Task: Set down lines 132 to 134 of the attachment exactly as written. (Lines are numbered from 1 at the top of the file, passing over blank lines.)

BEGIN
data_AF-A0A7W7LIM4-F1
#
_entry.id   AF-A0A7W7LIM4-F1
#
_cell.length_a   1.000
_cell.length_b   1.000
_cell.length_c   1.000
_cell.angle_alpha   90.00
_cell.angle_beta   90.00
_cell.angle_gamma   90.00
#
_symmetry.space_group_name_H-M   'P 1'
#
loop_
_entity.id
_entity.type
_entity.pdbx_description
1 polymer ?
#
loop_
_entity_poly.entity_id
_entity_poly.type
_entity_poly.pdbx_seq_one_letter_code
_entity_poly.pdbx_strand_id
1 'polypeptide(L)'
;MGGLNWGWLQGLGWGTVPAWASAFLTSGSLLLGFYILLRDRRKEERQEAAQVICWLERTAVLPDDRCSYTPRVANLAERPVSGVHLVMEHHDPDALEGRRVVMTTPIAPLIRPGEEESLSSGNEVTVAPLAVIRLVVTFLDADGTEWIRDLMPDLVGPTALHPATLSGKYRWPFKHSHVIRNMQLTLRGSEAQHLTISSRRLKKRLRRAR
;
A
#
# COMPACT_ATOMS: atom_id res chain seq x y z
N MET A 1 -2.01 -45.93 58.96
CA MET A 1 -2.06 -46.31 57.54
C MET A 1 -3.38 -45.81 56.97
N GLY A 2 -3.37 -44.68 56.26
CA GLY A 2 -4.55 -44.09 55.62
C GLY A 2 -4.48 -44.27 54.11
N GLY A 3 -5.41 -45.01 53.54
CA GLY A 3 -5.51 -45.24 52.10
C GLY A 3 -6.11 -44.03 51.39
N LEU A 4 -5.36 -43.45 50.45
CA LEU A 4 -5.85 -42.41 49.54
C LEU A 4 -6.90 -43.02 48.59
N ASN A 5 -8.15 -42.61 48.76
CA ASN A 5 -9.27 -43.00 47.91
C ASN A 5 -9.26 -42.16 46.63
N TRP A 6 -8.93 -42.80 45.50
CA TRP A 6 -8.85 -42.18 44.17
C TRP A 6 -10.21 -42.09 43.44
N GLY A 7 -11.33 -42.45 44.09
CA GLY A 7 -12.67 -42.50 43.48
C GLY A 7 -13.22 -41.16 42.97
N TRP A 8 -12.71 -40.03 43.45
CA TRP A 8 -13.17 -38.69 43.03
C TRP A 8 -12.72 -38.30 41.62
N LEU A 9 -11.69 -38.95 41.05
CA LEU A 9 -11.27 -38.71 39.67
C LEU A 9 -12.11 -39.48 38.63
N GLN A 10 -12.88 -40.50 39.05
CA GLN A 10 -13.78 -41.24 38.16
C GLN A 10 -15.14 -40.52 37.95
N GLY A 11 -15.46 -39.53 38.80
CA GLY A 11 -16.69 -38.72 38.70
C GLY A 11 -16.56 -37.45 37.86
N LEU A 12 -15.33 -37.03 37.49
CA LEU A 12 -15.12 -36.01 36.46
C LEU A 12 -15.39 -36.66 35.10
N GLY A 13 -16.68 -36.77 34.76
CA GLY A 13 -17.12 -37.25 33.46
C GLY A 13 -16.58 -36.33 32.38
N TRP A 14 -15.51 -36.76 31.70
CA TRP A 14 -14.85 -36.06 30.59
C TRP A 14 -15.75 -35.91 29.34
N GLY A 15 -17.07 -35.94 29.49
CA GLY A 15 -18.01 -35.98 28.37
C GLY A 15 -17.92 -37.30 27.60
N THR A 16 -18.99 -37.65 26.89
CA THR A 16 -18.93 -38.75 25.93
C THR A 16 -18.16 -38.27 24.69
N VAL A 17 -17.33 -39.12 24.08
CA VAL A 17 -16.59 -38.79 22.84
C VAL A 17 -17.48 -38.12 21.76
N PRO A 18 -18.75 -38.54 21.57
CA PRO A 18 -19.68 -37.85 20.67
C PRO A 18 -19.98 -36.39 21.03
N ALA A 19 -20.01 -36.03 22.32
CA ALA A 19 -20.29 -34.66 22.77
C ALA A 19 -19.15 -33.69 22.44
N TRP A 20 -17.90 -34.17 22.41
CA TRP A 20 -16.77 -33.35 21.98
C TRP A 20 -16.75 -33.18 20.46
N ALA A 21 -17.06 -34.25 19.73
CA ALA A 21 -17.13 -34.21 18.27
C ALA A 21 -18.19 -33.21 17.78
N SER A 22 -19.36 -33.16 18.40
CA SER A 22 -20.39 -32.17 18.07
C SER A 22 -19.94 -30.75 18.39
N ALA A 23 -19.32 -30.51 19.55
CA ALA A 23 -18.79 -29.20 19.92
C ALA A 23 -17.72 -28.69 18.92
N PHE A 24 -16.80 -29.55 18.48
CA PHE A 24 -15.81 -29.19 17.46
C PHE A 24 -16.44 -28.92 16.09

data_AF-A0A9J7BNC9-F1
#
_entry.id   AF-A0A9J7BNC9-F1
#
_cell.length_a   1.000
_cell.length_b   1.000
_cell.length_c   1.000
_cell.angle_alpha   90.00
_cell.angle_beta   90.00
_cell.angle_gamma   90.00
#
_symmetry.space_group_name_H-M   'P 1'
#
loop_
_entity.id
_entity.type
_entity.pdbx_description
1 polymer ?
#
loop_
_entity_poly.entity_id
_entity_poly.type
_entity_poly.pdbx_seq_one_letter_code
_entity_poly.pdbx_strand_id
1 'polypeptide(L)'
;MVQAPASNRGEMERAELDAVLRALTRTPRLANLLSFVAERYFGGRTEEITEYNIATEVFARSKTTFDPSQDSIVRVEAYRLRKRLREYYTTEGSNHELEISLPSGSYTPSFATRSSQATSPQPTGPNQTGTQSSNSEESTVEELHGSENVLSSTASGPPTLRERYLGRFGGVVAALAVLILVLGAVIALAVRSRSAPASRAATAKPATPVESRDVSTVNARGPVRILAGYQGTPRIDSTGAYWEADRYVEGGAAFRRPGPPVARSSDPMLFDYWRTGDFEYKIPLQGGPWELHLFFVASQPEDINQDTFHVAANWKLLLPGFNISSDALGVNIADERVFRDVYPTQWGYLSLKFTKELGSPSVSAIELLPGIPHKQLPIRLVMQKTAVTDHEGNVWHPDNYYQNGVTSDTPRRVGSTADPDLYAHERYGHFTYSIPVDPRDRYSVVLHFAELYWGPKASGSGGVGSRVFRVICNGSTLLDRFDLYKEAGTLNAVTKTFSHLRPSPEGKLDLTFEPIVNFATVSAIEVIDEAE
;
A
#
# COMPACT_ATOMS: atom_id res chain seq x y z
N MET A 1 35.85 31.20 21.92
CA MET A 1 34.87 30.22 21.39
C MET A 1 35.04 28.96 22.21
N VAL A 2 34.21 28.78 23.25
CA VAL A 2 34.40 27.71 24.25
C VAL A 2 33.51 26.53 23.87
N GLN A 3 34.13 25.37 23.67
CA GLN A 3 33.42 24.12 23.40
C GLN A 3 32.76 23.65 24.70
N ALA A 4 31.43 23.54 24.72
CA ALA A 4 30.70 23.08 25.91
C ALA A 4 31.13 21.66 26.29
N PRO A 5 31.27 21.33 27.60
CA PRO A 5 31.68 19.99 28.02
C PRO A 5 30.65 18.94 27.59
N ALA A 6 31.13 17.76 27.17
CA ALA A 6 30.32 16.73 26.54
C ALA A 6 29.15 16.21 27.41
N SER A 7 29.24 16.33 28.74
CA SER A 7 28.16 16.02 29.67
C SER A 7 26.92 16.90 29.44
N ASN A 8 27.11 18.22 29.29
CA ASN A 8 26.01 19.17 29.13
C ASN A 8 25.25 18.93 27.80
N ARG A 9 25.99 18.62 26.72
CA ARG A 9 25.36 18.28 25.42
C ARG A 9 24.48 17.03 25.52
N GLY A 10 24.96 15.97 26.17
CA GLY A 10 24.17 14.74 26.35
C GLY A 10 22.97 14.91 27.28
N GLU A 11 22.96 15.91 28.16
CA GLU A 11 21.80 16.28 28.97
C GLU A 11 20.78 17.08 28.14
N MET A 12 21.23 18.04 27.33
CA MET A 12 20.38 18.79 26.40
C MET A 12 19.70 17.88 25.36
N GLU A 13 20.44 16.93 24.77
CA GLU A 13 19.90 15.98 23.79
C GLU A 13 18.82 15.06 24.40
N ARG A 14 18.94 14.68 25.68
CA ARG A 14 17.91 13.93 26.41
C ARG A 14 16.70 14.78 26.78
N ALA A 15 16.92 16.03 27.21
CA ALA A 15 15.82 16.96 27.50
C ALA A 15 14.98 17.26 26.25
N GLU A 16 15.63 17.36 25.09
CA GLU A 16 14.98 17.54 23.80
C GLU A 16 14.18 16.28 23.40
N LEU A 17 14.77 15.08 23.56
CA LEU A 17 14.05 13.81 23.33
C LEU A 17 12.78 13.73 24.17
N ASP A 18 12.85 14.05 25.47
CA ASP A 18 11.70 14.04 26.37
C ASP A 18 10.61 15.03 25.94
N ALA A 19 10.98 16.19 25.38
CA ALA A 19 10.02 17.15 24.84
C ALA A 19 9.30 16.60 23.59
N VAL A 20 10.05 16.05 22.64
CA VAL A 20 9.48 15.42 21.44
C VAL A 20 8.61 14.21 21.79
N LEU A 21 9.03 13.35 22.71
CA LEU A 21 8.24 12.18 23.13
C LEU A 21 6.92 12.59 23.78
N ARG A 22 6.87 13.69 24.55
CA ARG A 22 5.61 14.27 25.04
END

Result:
# COMPACT_ATOMS: atom_id res chain seq x y z
N MET A 1 35.85 31.20 21.92
CA MET A 1 34.87 30.22 21.39